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Ivan and Bud talk about why LightHawk flies conservation missions in Mexico and Central America in the final installment of our Ride Into Birdland guest blog.
I.G. What is Lighthawk?
L.S. Lighthawk is a group of volunteer pilots, some 220 volunteer pilots living across the United States, who fly their own airplanes in volunteer service to the goals and objectives of Lighthawk, which is to help conservation and wildlife organizations, primarily NGOs, in support of their conservation initiatives. These volunteer pilots provide their own airplane, pay their own fuel, give of their own professional time and services in support of these initiatives. In addition to these pilots flying their own airplanes, there is a unique program within Lighthawk called the Mesoamerica Program. Lighthawk itself owns two airplanes and from this group of 220 pilots there is a small, select group of aviators who each year, from January through May, will volunteer to fly the Lighthawk airplanes in the Mesoamerica region, supporting the conservation and wildlife initiatives going on throughout the region, primarily Guatemala, Belize, Costa Rica, Panama, Honduras and Mexico in the Yucatan and in Baja.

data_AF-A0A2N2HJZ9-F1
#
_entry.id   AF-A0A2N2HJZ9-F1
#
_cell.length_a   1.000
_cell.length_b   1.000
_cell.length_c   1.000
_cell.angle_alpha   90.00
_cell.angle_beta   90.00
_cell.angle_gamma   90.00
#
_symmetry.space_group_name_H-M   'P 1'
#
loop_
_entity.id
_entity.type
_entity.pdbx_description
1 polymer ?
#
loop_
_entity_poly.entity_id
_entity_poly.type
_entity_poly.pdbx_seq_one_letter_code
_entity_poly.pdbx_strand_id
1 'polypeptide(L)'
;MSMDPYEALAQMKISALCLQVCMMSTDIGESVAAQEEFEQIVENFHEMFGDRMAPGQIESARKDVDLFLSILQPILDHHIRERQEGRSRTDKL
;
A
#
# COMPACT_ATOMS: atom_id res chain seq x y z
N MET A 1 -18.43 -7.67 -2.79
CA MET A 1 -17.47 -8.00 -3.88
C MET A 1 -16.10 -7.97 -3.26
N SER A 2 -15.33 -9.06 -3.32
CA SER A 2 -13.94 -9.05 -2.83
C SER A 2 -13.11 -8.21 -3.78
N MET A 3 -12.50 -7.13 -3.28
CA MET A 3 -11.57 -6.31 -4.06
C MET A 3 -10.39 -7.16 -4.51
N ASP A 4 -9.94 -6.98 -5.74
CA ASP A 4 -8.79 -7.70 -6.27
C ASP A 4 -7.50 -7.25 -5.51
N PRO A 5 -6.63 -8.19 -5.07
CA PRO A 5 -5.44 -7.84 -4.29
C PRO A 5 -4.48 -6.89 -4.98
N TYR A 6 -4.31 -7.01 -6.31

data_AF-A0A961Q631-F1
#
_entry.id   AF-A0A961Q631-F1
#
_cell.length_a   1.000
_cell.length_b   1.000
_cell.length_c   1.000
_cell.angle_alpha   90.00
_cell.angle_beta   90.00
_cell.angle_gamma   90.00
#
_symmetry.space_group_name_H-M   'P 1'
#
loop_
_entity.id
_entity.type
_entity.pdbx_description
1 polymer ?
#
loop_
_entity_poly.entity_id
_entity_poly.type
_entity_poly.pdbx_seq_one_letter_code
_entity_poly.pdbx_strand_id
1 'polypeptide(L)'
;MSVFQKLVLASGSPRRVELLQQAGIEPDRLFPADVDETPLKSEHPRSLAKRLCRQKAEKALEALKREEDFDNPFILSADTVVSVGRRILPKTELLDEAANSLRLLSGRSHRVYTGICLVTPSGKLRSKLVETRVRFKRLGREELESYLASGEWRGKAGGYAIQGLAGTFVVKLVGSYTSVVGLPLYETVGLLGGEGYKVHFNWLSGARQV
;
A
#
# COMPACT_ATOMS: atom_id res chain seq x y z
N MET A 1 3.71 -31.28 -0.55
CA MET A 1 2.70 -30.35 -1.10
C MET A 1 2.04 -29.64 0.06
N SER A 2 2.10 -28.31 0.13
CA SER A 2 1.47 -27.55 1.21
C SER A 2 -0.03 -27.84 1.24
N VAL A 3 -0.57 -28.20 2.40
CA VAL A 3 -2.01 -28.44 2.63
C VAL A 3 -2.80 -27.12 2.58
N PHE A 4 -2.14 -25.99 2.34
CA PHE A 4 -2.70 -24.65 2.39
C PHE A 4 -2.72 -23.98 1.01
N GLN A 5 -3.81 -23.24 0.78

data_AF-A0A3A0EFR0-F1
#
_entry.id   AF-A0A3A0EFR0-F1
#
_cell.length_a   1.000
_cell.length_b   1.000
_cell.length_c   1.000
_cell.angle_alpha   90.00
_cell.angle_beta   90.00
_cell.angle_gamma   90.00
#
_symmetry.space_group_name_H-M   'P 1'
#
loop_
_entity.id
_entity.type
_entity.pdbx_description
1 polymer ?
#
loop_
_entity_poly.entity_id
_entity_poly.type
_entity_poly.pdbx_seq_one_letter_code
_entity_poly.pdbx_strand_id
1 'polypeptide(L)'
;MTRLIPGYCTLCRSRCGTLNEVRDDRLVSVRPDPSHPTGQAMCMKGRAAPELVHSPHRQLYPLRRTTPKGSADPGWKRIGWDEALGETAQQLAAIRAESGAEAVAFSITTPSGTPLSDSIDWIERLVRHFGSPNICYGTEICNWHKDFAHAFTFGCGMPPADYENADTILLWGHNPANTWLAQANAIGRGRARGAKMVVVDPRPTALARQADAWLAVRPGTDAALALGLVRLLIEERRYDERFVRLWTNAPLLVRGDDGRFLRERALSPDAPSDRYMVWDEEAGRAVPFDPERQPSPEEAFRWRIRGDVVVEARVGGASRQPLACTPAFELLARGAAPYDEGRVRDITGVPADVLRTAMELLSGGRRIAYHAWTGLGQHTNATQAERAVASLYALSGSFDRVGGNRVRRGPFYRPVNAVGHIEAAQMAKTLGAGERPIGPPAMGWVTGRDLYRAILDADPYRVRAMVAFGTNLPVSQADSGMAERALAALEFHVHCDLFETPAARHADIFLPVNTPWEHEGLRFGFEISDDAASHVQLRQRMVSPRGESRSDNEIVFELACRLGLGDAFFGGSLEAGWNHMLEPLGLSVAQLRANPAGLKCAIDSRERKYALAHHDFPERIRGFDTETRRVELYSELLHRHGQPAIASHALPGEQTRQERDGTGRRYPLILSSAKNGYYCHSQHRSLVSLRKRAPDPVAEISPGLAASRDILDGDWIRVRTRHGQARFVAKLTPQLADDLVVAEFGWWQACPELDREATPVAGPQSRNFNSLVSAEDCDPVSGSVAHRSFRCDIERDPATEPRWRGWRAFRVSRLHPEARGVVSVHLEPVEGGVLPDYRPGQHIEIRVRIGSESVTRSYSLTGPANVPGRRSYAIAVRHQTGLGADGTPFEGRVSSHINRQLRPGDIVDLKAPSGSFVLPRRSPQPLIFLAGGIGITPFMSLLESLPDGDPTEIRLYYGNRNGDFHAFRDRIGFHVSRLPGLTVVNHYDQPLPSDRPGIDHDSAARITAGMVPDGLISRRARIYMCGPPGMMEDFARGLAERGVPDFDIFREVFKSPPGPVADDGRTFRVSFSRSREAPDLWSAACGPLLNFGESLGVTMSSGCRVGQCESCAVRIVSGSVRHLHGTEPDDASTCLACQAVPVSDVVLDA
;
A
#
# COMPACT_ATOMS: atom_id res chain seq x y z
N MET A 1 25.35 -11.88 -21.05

I.G. Why Mesoamerica, why was it defined as being so important for Lighthawk?
L.S. I think the initial founders of Lighthawk saw a lot of opportunity here, and then they saw a lot of need, whether it’s deforestation issues, wildlife conservation and preservation, mangrove preservation along the coastlines, they just saw a need and said “this is a worthy outreach that Lighthawk can contribute to and we need to do it”. And it’s growing every year, as I said we spent five months from January to May with one airplane based here in Mesoamerica in the countries that I mentioned earlier. Different pilots come in for usually a two week period, crew the airplane and work with the partners, then another pilot comes in, gets a hand-off, they’re over-left for a couple of days, do another hand-off, and so it goes over the course of about a five month period. I’m here at the end of May finishing up the project and Monday when I finish I’ll fly the airplane some 15 to 20 hours back to Tucson, Arizona, where it’s based for the rest of the year.